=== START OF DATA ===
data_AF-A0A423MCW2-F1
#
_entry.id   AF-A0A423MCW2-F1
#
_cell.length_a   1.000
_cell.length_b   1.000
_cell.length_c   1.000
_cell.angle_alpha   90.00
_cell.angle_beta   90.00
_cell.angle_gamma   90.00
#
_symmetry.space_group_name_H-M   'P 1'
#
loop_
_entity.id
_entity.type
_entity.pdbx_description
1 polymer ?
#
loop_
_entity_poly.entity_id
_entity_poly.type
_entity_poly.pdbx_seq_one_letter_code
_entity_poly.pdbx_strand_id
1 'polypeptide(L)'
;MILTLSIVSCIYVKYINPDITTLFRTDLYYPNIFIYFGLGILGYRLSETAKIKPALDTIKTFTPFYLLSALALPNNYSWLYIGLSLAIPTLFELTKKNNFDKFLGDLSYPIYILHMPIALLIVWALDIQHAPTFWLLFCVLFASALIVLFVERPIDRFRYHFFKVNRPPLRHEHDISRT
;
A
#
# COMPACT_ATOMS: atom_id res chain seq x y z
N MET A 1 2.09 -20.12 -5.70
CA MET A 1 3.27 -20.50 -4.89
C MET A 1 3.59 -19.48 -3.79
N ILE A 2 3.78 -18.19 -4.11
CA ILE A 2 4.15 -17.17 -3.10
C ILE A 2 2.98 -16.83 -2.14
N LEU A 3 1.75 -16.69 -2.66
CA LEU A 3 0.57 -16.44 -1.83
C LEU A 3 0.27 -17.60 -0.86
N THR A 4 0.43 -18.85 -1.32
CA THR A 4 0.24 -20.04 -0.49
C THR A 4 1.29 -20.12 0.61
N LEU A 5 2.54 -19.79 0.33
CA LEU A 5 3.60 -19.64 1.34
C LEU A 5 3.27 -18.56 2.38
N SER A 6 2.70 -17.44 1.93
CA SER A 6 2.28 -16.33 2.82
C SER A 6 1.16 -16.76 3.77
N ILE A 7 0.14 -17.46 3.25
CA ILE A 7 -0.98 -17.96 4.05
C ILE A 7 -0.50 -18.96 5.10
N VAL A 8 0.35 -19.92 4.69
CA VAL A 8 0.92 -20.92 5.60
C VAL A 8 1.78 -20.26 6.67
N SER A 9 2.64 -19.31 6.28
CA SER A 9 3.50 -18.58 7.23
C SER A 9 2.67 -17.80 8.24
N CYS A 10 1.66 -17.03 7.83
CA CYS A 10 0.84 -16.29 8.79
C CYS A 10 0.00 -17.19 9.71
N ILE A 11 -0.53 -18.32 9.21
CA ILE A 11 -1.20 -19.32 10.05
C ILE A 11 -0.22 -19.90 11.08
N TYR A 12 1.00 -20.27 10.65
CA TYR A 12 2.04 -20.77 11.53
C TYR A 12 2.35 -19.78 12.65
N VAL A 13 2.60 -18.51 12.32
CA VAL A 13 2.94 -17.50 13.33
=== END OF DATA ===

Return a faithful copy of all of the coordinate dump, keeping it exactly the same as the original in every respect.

data_AF-A0A423MCW2-F1
#
_entry.id   AF-A0A423MCW2-F1
#
_cell.length_a   1.000
_cell.length_b   1.000
_cell.length_c   1.000
_cell.angle_alpha   90.00
_cell.angle_beta   90.00
_cell.angle_gamma   90.00
#
_symmetry.space_group_name_H-M   'P 1'
#
loop_
_entity.id
_entity.type
_entity.pdbx_description
1 polymer ?
#
loop_
_entity_poly.entity_id
_entity_poly.type
_entity_poly.pdbx_seq_one_letter_code
_entity_poly.pdbx_strand_id
1 'polypeptide(L)'
;MILTLSIVSCIYVKYINPDITTLFRTDLYYPNIFIYFGLGILGYRLSETAKIKPALDTIKTFTPFYLLSALALPNNYSWLYIGLSLAIPTLFELTKKNNFDKFLGDLSYPIYILHMPIALLIVWALDIQHAPTFWLLFCVLFASALIVLFVERPIDRFRYHFFKVNRPPLRHEHDISRT
;
A
#
# COMPACT_ATOMS: atom_id res chain seq x y z
N MET A 1 2.09 -20.12 -5.70
CA MET A 1 3.27 -20.50 -4.89
C MET A 1 3.59 -19.48 -3.79
N ILE A 2 3.78 -18.19 -4.11
CA ILE A 2 4.15 -17.17 -3.10
C ILE A 2 2.98 -16.83 -2.14
N LEU A 3 1.75 -16.69 -2.66
CA LEU A 3 0.57 -16.44 -1.83
C LEU A 3 0.27 -17.60 -0.86
N THR A 4 0.43 -18.85 -1.32
CA THR A 4 0.24 -20.04 -0.49
C THR A 4 1.29 -20.12 0.61
N LEU A 5 2.54 -19.79 0.33
CA LEU A 5 3.60 -19.64 1.34
C LEU A 5 3.27 -18.56 2.38
N SER A 6 2.70 -17.44 1.93
CA SER A 6 2.28 -16.33 2.82
C SER A 6 1.16 -16.76 3.77
N ILE A 7 0.14 -17.46 3.25
CA ILE A 7 -0.98 -17.96 4.05
C ILE A 7 -0.50 -18.96 5.10
N VAL A 8 0.35 -19.92 4.69
CA VAL A 8 0.92 -20.92 5.60
C VAL A 8 1.78 -20.26 6.67
N SER A 9 2.64 -19.31 6.28
CA SER A 9 3.50 -18.58 7.23
C SER A 9 2.67 -17.80 8.24
N CYS A 10 1.66 -17.03 7.83
CA CYS A 10 0.84 -16.29 8.79
C CYS A 10 0.00 -17.19 9.71
N ILE A 11 -0.53 -18.32 9.21
CA ILE A 11 -1.20 -19.32 10.05
C ILE A 11 -0.22 -19.90 11.08
N TYR A 12 1.00 -20.27 10.65
CA TYR A 12 2.04 -20.77 11.53
C TYR A 12 2.35 -19.78 12.65
N VAL A 13 2.60 -18.51 12.32
CA VAL A 13 2.94 -17.50 13.33